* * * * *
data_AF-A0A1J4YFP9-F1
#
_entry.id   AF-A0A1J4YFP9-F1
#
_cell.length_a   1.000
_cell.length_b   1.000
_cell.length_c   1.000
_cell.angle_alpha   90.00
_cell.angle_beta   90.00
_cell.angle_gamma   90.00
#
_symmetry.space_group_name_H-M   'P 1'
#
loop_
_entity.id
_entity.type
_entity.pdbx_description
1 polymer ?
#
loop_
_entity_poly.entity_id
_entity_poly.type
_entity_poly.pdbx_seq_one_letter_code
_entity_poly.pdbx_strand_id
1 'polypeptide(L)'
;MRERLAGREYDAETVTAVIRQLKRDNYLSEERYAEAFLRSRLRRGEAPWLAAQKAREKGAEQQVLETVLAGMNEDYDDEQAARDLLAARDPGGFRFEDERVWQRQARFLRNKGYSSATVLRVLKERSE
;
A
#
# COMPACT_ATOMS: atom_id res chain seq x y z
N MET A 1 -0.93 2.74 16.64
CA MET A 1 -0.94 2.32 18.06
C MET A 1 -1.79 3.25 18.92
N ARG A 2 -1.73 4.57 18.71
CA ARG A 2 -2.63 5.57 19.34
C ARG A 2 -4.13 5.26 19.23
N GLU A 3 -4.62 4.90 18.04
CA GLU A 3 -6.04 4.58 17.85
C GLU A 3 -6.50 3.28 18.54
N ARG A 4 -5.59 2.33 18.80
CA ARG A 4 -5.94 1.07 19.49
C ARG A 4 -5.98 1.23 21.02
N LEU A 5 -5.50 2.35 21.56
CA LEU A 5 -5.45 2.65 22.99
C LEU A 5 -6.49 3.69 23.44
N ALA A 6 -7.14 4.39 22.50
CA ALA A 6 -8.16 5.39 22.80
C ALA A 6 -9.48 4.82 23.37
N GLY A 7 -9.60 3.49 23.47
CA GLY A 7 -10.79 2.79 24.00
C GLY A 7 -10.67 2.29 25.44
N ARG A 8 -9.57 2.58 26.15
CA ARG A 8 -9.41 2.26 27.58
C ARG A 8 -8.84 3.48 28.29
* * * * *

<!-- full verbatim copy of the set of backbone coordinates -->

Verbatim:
data_AF-A0A1J4YFP9-F1
#
_entry.id   AF-A0A1J4YFP9-F1
#
_cell.length_a   1.000
_cell.length_b   1.000
_cell.length_c   1.000
_cell.angle_alpha   90.00
_cell.angle_beta   90.00
_cell.angle_gamma   90.00
#
_symmetry.space_group_name_H-M   'P 1'
#
loop_
_entity.id
_entity.type
_entity.pdbx_description
1 polymer ?
#
loop_
_entity_poly.entity_id
_entity_poly.type
_entity_poly.pdbx_seq_one_letter_code
_entity_poly.pdbx_strand_id
1 'polypeptide(L)'
;MRERLAGREYDAETVTAVIRQLKRDNYLSEERYAEAFLRSRLRRGEAPWLAAQKAREKGAEQQVLETVLAGMNEDYDDEQAARDLLAARDPGGFRFEDERVWQRQARFLRNKGYSSATVLRVLKERSE
;
A
#
# COMPACT_ATOMS: atom_id res chain seq x y z
N MET A 1 -0.93 2.74 16.64
CA MET A 1 -0.94 2.32 18.06
C MET A 1 -1.79 3.25 18.92
N ARG A 2 -1.73 4.57 18.71
CA ARG A 2 -2.63 5.57 19.34
C ARG A 2 -4.13 5.26 19.23
N GLU A 3 -4.62 4.90 18.04
CA GLU A 3 -6.04 4.58 17.85
C GLU A 3 -6.50 3.28 18.54
N ARG A 4 -5.59 2.33 18.80
CA ARG A 4 -5.94 1.07 19.49
C ARG A 4 -5.98 1.23 21.02
N LEU A 5 -5.50 2.35 21.56
CA LEU A 5 -5.45 2.65 22.99
C LEU A 5 -6.49 3.69 23.44
N ALA A 6 -7.14 4.39 22.50
CA ALA A 6 -8.16 5.39 22.80
C ALA A 6 -9.48 4.82 23.37
N GLY A 7 -9.60 3.49 23.47
CA GLY A 7 -10.79 2.79 24.00
C GLY A 7 -10.67 2.29 25.44
N ARG A 8 -9.57 2.58 26.15
CA ARG A 8 -9.41 2.26 27.58
C ARG A 8 -8.84 3.48 28.29